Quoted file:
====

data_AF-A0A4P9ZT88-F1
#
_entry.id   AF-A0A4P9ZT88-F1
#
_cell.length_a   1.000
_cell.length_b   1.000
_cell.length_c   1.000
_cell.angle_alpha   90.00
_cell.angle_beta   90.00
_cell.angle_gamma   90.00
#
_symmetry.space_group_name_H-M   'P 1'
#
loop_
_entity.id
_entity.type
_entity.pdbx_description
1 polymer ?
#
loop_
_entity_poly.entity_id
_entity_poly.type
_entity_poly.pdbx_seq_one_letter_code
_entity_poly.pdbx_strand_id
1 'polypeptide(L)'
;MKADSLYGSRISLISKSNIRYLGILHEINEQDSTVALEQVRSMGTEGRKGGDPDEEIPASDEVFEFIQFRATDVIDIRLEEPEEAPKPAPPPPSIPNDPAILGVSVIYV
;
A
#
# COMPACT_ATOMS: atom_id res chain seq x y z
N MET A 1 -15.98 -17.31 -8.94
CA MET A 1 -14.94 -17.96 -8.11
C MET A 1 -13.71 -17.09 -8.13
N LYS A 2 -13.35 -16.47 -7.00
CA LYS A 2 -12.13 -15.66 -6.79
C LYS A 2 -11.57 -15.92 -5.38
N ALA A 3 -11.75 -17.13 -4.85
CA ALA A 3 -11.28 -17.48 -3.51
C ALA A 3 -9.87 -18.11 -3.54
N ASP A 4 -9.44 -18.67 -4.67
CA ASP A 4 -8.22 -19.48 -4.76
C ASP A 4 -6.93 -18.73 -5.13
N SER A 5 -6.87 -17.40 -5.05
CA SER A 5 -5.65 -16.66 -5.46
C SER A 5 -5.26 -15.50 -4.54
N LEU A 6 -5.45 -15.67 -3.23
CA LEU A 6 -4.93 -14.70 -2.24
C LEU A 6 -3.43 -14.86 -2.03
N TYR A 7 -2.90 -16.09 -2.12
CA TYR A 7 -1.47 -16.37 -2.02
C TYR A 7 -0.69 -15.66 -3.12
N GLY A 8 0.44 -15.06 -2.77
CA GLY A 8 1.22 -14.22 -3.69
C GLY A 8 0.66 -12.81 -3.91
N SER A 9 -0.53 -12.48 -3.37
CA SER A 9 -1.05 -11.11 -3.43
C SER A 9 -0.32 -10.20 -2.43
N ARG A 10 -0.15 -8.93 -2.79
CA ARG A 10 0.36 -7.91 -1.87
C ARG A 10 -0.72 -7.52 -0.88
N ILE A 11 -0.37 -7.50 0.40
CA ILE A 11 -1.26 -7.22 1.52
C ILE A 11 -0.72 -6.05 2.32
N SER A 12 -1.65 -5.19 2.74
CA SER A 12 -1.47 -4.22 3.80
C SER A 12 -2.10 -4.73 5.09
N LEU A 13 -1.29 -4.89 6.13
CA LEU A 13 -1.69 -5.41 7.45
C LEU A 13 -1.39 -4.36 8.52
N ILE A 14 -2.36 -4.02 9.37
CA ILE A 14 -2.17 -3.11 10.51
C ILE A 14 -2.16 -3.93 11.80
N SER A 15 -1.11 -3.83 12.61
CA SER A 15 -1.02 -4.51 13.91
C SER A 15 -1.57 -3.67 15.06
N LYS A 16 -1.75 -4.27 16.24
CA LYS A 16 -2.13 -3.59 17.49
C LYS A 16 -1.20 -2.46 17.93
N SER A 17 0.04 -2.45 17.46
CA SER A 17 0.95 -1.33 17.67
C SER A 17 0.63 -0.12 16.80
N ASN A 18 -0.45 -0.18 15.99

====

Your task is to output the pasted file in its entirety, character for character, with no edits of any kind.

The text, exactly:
data_AF-A0A4P9ZT88-F1
#
_entry.id   AF-A0A4P9ZT88-F1
#
_cell.length_a   1.000
_cell.length_b   1.000
_cell.length_c   1.000
_cell.angle_alpha   90.00
_cell.angle_beta   90.00
_cell.angle_gamma   90.00
#
_symmetry.space_group_name_H-M   'P 1'
#
loop_
_entity.id
_entity.type
_entity.pdbx_description
1 polymer ?
#
loop_
_entity_poly.entity_id
_entity_poly.type
_entity_poly.pdbx_seq_one_letter_code
_entity_poly.pdbx_strand_id
1 'polypeptide(L)'
;MKADSLYGSRISLISKSNIRYLGILHEINEQDSTVALEQVRSMGTEGRKGGDPDEEIPASDEVFEFIQFRATDVIDIRLEEPEEAPKPAPPPPSIPNDPAILGVSVIYV
;
A
#
# COMPACT_ATOMS: atom_id res chain seq x y z
N MET A 1 -15.98 -17.31 -8.94
CA MET A 1 -14.94 -17.96 -8.11
C MET A 1 -13.71 -17.09 -8.13
N LYS A 2 -13.35 -16.47 -7.00
CA LYS A 2 -12.13 -15.66 -6.79
C LYS A 2 -11.57 -15.92 -5.38
N ALA A 3 -11.75 -17.13 -4.85
CA ALA A 3 -11.28 -17.48 -3.51
C ALA A 3 -9.87 -18.11 -3.54
N ASP A 4 -9.44 -18.67 -4.67
CA ASP A 4 -8.22 -19.48 -4.76
C ASP A 4 -6.93 -18.73 -5.13
N SER A 5 -6.87 -17.40 -5.05
CA SER A 5 -5.65 -16.66 -5.46
C SER A 5 -5.26 -15.50 -4.54
N LEU A 6 -5.45 -15.67 -3.23
CA LEU A 6 -4.93 -14.70 -2.24
C LEU A 6 -3.43 -14.86 -2.03
N TYR A 7 -2.90 -16.09 -2.12
CA TYR A 7 -1.47 -16.37 -2.02
C TYR A 7 -0.69 -15.66 -3.12
N GLY A 8 0.44 -15.06 -2.77
CA GLY A 8 1.22 -14.22 -3.69
C GLY A 8 0.66 -12.81 -3.91
N SER A 9 -0.53 -12.48 -3.37
CA SER A 9 -1.05 -11.11 -3.43
C SER A 9 -0.32 -10.20 -2.43
N ARG A 10 -0.15 -8.93 -2.79
CA ARG A 10 0.36 -7.91 -1.87
C ARG A 10 -0.72 -7.52 -0.88
N ILE A 11 -0.37 -7.50 0.40
CA ILE A 11 -1.26 -7.22 1.52
C ILE A 11 -0.72 -6.05 2.32
N SER A 12 -1.65 -5.19 2.74
CA SER A 12 -1.47 -4.22 3.80
C SER A 12 -2.10 -4.73 5.09
N LEU A 13 -1.29 -4.89 6.13
CA LEU A 13 -1.69 -5.41 7.45
C LEU A 13 -1.39 -4.36 8.52
N ILE A 14 -2.36 -4.02 9.37
CA ILE A 14 -2.17 -3.11 10.51
C ILE A 14 -2.16 -3.93 11.80
N SER A 15 -1.11 -3.83 12.61
CA SER A 15 -1.02 -4.51 13.91
C SER A 15 -1.57 -3.67 15.06
N LYS A 16 -1.75 -4.27 16.24
CA LYS A 16 -2.13 -3.59 17.49
C LYS A 16 -1.20 -2.46 17.93
N SER A 17 0.04 -2.45 17.46
CA SER A 17 0.95 -1.33 17.67
C SER A 17 0.63 -0.12 16.80
N ASN A 18 -0.45 -0.18 15.99